NALBARI, July 17 - Renu Baishya (60) of Sariahtali Goshala village in Nalbari district passed her life in a miserable condition after the demise of her husband.
The income from five bighas of agricultural land was too meagre to meet the total expenditure of her three-member family. However, the Prime Minister�s double income scheme has ushered in a ray of hope of better days for the poor family.
The new scheme has admittedly started to change the economic condition of her family. Thanks to the Nalbari Krishi Vigyan Kendra (KVK), which adopted the village under the Prime Minister�s double income scheme and provided various modern agricultural facilities an technical know-how in order to ensure double income of every household in the village.'
After the scheme was adopted by the Nalbari KVK, Renu Baishya�s family, among others, was supplied high-yielding variety seeds, manure, pesticides and even technical knowhow to cultivate multiple crops in the same plot of land on a rotational basis in sync with the changing seasons.
Obviously, families like the Baishyas could easily generate additional income, thereby enabling them to save financial resources for a rainy day. It is therefore most natural that Renu is so enthusiastic about the new initiative.
It may be pertinent to add here that the Nalbari Krishi Vigyan Kendra adopted Sariahtali-Goshala as a model village under the Prime Minister�s double income scheme in 2017 and subsequently extended all necessary support to the farming families accordingly.
The Nalbari KVK then prepared a five-year plan for doubling farmers� income. According to a survey which was carried out, the Sariahtali Goshala village has 122 families and all of them depend on agriculture as their only means of sustenance. Of these farm families, 5 percent farmers are landless, while 75 percent marginal and 20 percent small farmers.The Prime Minister�s double income scheme gradually changed their income-generating potential.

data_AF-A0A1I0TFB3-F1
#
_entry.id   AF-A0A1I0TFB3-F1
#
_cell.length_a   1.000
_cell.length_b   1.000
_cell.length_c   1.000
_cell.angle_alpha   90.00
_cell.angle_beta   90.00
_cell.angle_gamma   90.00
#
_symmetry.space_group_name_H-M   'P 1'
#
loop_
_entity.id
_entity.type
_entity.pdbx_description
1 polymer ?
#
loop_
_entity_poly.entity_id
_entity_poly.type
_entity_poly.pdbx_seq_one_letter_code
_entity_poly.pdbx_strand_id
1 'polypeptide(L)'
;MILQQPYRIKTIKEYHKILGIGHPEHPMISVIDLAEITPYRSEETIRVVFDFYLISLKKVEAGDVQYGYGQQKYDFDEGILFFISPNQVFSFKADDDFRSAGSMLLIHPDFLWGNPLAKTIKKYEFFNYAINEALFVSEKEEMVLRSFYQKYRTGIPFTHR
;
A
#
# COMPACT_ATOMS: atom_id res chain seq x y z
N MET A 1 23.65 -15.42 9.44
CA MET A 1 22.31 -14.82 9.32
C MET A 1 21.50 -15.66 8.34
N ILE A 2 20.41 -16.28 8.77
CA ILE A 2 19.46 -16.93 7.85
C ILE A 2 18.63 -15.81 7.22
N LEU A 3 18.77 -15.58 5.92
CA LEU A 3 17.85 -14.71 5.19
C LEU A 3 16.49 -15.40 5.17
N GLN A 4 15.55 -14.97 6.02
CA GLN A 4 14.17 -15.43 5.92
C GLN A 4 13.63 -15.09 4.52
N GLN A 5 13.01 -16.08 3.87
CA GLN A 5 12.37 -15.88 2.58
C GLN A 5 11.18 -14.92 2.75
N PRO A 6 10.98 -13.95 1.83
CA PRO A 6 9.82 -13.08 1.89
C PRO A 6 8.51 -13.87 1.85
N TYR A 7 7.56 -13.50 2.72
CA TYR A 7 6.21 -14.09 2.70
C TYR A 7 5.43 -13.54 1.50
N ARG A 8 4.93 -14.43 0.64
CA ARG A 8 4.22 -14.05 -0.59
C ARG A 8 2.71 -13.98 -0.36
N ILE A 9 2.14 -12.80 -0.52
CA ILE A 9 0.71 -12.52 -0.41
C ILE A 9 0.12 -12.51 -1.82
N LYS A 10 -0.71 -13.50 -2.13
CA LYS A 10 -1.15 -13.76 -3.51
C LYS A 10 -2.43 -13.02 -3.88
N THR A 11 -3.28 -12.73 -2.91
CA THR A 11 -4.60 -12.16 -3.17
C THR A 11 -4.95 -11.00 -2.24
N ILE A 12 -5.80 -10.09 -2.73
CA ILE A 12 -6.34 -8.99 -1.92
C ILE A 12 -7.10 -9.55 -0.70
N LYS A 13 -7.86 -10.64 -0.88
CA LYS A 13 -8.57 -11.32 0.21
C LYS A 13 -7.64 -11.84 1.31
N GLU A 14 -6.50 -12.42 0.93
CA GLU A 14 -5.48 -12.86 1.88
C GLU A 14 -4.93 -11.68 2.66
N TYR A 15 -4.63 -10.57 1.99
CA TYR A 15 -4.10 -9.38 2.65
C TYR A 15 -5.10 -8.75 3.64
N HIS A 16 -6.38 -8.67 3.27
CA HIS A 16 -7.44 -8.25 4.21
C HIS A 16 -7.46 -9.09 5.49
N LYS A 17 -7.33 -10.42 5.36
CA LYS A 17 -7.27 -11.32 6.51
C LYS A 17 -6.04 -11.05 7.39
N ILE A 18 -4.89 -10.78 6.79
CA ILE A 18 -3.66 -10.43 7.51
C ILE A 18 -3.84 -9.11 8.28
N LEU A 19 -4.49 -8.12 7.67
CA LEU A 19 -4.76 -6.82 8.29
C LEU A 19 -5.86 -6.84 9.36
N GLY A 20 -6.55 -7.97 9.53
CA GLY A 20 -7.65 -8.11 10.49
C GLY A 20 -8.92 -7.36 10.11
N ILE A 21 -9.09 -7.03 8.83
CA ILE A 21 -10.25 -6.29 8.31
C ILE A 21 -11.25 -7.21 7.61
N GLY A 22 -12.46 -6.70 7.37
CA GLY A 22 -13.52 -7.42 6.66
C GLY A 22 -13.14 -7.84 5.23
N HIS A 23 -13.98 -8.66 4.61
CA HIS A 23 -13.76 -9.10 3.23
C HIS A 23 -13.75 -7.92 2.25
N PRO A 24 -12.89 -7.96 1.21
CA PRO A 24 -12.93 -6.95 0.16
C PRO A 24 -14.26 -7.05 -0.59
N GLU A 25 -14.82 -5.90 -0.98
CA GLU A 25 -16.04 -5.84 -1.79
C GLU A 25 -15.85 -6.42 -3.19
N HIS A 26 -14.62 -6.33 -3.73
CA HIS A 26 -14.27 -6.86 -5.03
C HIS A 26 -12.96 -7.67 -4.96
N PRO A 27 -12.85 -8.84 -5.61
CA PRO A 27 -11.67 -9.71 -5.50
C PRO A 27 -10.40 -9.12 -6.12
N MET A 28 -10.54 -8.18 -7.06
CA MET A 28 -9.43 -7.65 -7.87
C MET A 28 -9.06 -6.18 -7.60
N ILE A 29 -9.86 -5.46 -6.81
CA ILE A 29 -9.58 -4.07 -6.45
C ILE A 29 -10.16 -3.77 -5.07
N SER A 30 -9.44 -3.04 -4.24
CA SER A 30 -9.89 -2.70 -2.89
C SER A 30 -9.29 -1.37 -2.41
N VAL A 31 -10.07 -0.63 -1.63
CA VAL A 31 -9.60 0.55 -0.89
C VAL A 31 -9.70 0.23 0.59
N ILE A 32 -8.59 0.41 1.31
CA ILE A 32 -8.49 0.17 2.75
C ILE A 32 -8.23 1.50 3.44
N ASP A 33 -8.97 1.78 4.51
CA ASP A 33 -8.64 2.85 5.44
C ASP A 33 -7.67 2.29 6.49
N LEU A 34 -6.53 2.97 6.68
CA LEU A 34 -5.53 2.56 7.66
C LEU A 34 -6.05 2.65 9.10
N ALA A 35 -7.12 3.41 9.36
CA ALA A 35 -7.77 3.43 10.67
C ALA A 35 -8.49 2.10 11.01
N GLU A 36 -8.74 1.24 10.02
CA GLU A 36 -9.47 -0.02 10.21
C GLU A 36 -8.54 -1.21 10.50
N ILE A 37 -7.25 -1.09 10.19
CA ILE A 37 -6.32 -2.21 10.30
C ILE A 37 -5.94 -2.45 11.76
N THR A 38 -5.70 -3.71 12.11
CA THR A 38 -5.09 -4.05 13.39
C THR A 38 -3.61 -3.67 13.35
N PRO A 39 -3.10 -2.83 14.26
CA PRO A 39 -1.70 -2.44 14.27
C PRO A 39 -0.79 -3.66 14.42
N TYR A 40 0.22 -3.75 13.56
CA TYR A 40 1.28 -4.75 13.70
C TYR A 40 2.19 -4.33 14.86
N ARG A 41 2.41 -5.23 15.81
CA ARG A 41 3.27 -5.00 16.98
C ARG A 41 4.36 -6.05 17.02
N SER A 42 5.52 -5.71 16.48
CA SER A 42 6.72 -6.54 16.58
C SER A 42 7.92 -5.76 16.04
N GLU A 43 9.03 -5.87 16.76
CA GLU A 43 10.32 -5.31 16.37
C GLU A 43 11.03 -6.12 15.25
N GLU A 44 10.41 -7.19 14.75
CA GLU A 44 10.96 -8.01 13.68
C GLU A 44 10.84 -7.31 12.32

The KVK also provided them inputs related to duckery, goatery, quail and pisciculture with an aim to kickstart multi-purpose farming. When this Correspondent visited the village on Sunday, the ruralites were busy in their agricultural land, as usual. Even the scorching heat of the summer sun above failed to dampen their spirits.
One Shyamanta Kumar Baishya, president of the village-level management committee under the scheme, said that they normally select the beneficiaries by holding public meeting and extending support accordingly.
He added that during the last rabi season they cultivated mustard, lentil and gram and were subsequently able to reap a bountiful harvest.
Baishya added that before the initiative of the Nalbari KVK, the villagers had harvested much lesser produce when compared to the present haulage.
Earlier, we somehow managed to harvest only 10 to 15 maunds of rice per bigha of land. Presently, the same plot yields 20 to 25 maunds per bigha. Appreciating the scheme, youths of the village like Jagadish Kumar Baishya, Swapan Rajbongshi and others were seen toiling in their respective paddy fields.
It may not be out of place to mention here that subject matter specialists of Nalbari KVK, Manasi Chakravarty and Sonmaina Bhuyan have been putting their weight behind in making the scheme effective in the village.